Strange to say, it has been my pleasure of late to engage some anti-choice adherents in spirited discussion of the nature of human biology, pregnancy, birth, and the definition of a human being. I use the term "discussion" rather than "debate," for to be a debate, there has to be some agreement upon the basic grounds, and that is where the discussion of abortion breaks down, because both sides have very different definitions of what constitutes a human being, or a baby, or development. This is what hampers any attempt to find common ground. In the end, the discussion is more about biology and belief.
Those who are devout believers in the Creation and God, are sure that the moment sperm meets egg, a full-fledged person exists. This is a wonderful belief to hold when you do not have access to modern biological techniques, say, two or three thousand years ago, when the internal workings of the human body were still mainly a mystery. Then, such a pronouncement was actually not feasible, as no one truly understood the mechanism by which a man impregnated a woman, except in the most general terms.
Today, we can track the development of a human being from its start as gametes, to the formation of a zygote, to its transformation into an embryo, to the gestating fetus which, after a full development cycle (hopefully), becomes a living, breathing human being. We can watch an embryo divide, cells begin to differentiate, organs and limbs form, a nervous system develop, and trace the evolution of humanity through the changes that take place within the fetus as it moves from one developmental stage to the next. The view is breathtaking, and surely, as with the pictures of the distant universe, some of the most beautiful representations of how the universe works.
But... to say that, starting with one cell, the product of the union of sperm and egg, a human being exists, is irrational. Is it a human embryo? Certainly. Will it become a human being? If it makes it through the full gestation, and does not contain some hidden genetic defect, yes. Therein lies the problem with the anti-choice point of view of fetus-as-human. The fetus, until it reaches the penultimate point of gestation, is unable to operate as an independent entity. It cannot breath on its own. It cannot take in nutrition on its own. Until the advent of modern prenatal care and intensive care technology, a premature infant had a very low possibility of surviving. Only through the creation of an artificial environment, with nutrients supplied intravenously and breathing regulated mechanically, is a sealed environment, could a premature infant survive.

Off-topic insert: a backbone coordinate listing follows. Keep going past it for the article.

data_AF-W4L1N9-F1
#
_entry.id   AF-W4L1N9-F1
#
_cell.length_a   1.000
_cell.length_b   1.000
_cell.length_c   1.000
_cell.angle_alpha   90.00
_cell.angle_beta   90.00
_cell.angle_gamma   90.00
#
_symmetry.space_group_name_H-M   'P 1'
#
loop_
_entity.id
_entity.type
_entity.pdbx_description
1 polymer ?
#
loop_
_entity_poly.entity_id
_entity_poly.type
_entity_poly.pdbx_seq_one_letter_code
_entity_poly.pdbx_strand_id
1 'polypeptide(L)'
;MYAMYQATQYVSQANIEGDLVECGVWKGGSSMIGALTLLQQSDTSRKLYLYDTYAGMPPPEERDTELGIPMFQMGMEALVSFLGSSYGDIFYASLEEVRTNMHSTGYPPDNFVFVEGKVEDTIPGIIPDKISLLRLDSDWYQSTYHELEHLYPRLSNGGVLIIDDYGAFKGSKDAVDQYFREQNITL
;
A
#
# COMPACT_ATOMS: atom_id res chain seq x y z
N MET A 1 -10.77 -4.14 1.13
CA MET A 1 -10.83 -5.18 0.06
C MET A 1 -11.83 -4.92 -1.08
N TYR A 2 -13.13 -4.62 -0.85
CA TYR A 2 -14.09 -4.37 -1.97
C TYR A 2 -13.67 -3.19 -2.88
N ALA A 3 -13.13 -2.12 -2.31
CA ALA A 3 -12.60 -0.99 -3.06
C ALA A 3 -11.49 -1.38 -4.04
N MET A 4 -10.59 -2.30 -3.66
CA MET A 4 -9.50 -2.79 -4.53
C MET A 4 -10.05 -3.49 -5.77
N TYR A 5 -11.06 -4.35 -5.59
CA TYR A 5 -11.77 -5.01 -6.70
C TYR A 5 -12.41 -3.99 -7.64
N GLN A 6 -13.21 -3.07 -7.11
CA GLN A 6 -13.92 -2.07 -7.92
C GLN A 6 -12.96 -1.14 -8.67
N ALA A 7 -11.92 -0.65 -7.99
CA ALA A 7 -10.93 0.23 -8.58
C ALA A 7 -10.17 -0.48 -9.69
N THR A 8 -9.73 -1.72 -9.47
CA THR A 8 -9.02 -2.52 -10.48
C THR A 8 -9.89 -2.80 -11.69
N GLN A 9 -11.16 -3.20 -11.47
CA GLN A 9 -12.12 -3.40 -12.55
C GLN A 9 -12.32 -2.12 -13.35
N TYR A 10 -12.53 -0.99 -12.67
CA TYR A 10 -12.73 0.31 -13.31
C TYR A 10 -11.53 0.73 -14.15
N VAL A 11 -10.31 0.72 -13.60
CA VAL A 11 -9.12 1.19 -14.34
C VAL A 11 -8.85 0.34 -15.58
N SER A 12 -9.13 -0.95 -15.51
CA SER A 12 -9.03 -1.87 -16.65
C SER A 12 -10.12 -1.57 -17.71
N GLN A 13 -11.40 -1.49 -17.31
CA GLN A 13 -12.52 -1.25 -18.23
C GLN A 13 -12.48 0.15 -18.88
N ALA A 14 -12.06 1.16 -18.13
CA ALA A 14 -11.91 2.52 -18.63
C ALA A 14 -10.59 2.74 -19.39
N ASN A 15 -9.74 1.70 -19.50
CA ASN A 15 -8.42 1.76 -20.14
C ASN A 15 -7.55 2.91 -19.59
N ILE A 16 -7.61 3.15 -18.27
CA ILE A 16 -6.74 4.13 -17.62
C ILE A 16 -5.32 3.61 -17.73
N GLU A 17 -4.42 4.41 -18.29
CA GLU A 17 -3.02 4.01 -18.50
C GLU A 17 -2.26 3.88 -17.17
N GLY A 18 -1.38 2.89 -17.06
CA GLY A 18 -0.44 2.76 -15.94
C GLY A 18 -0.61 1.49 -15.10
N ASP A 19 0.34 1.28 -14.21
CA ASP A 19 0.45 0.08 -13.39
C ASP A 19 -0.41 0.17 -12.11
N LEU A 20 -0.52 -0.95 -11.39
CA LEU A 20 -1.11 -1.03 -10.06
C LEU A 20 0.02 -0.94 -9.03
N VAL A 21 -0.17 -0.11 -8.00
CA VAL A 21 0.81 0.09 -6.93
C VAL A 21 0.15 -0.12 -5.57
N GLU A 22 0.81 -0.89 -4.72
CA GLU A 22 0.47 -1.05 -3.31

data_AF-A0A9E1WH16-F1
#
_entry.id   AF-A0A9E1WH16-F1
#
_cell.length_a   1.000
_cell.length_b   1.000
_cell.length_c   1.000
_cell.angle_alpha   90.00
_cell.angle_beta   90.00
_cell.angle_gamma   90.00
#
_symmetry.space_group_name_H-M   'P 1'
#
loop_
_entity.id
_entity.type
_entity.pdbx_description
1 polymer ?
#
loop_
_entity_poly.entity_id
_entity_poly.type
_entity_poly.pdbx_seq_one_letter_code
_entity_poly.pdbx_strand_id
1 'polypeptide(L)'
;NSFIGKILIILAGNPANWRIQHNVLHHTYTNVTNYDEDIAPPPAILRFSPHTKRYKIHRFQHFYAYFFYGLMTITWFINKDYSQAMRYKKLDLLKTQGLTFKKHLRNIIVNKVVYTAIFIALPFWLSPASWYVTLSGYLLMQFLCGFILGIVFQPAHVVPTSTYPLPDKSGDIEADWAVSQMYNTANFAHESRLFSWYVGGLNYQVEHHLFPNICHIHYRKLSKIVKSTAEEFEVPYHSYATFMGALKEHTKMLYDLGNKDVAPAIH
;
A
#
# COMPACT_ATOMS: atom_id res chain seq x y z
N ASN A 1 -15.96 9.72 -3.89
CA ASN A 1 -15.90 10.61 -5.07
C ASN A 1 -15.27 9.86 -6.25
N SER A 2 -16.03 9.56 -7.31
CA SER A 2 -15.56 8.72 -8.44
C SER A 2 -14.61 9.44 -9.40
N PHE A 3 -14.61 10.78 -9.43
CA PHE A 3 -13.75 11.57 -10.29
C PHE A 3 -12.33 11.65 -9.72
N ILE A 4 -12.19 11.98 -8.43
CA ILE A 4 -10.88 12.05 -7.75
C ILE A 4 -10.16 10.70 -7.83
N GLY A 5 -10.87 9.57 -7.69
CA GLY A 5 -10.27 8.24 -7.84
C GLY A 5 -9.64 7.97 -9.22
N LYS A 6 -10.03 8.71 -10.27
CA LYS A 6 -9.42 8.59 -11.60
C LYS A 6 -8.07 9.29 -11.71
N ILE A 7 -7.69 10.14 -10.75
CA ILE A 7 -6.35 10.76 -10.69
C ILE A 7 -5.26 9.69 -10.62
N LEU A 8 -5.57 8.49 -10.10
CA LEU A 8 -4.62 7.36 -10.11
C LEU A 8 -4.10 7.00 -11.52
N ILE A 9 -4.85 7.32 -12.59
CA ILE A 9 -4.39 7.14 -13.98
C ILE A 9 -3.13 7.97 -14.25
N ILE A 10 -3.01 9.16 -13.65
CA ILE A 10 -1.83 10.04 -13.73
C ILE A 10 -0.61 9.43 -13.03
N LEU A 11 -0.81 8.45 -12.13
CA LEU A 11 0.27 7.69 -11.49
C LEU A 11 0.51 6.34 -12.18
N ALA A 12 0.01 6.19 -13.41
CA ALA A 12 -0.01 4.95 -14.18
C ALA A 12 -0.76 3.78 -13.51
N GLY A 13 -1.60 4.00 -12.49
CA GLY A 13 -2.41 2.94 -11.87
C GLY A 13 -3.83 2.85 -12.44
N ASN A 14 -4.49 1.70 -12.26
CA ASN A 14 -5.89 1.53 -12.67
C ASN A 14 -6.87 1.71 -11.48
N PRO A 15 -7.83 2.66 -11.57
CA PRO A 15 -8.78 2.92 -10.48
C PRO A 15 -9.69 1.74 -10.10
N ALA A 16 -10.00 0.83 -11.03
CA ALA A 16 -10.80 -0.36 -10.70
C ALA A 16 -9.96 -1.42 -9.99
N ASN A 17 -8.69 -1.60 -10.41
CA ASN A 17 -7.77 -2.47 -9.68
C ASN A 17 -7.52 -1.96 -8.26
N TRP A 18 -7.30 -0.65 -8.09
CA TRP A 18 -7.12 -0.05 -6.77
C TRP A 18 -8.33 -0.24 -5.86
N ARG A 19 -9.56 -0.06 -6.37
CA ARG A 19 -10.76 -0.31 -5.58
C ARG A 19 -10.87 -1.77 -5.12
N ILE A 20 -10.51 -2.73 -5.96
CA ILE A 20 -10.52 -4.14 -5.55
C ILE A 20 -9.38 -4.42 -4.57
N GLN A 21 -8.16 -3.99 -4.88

In essence, it is hard to imagine a fetus as being a person, when it is clearly not independent of its mother until birth. Without its umbilical connection, the fetus would starve and die in its own excretions. Without the warmth and moisture of the womb, the fetus would shrivel and die. These are the facts of biology, not the ravings of an inhuman monster.
To turn a fetus into a person is ludicrous. For the longest time, they have no functioning neural connections, and their muscles are feeble. Their body has to be built step by arduous step, with only the resources supplied by the mother to complete the construction. Cells, dividing furiously, race to complete skin, bones, hair, eyes, stomach, liver, intestines, heart, before the point where the woman's body will begin to expel it. This is human development, a machine crafted through millions of years of human evolution -- it is not something miraculous. Many other of our brother species of mammals follow very similar patterns, and non-mammals share portions of the same developmental system with us. This does not mean women are going to give birth to monkeys or fish or rabbits; it does mean that this mechanism is a successful adaptation that has been spread widely through the animal kingdom. This adaptation increases the chance of the survival of a species, by allow for a greater mixture of genetic material that can enhance the capabilities of a species to cope with its environment.